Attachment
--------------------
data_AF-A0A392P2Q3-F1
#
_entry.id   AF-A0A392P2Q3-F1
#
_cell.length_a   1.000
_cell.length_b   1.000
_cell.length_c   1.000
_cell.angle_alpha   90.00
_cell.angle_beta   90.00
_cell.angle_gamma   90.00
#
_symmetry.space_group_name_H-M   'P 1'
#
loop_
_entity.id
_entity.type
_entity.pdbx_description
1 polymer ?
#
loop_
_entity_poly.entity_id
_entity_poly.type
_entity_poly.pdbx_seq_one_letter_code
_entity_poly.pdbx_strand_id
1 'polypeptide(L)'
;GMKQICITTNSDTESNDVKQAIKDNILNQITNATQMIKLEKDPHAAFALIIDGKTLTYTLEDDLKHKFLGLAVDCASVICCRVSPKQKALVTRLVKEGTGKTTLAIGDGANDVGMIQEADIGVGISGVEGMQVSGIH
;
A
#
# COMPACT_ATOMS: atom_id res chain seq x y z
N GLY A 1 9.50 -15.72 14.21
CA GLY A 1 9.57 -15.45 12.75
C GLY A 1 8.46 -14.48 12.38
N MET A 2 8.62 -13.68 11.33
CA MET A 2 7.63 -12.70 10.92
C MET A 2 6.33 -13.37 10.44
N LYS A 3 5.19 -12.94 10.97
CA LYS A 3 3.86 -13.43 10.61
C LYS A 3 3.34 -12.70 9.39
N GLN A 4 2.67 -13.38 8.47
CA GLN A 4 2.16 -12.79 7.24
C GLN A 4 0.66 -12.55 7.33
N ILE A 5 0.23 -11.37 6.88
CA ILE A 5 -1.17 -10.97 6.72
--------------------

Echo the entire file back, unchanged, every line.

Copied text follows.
data_AF-A0A392P2Q3-F1
#
_entry.id   AF-A0A392P2Q3-F1
#
_cell.length_a   1.000
_cell.length_b   1.000
_cell.length_c   1.000
_cell.angle_alpha   90.00
_cell.angle_beta   90.00
_cell.angle_gamma   90.00
#
_symmetry.space_group_name_H-M   'P 1'
#
loop_
_entity.id
_entity.type
_entity.pdbx_description
1 polymer ?
#
loop_
_entity_poly.entity_id
_entity_poly.type
_entity_poly.pdbx_seq_one_letter_code
_entity_poly.pdbx_strand_id
1 'polypeptide(L)'
;GMKQICITTNSDTESNDVKQAIKDNILNQITNATQMIKLEKDPHAAFALIIDGKTLTYTLEDDLKHKFLGLAVDCASVICCRVSPKQKALVTRLVKEGTGKTTLAIGDGANDVGMIQEADIGVGISGVEGMQVSGIH
;
A
#
# COMPACT_ATOMS: atom_id res chain seq x y z
N GLY A 1 9.50 -15.72 14.21
CA GLY A 1 9.57 -15.45 12.75
C GLY A 1 8.46 -14.48 12.38
N MET A 2 8.62 -13.68 11.33
CA MET A 2 7.63 -12.70 10.92
C MET A 2 6.33 -13.37 10.44
N LYS A 3 5.19 -12.94 10.97
CA LYS A 3 3.86 -13.43 10.61
C LYS A 3 3.34 -12.70 9.39
N GLN A 4 2.67 -13.38 8.47
CA GLN A 4 2.16 -12.79 7.24
C GLN A 4 0.66 -12.55 7.33
N ILE A 5 0.23 -11.37 6.88
CA ILE A 5 -1.17 -10.97 6.72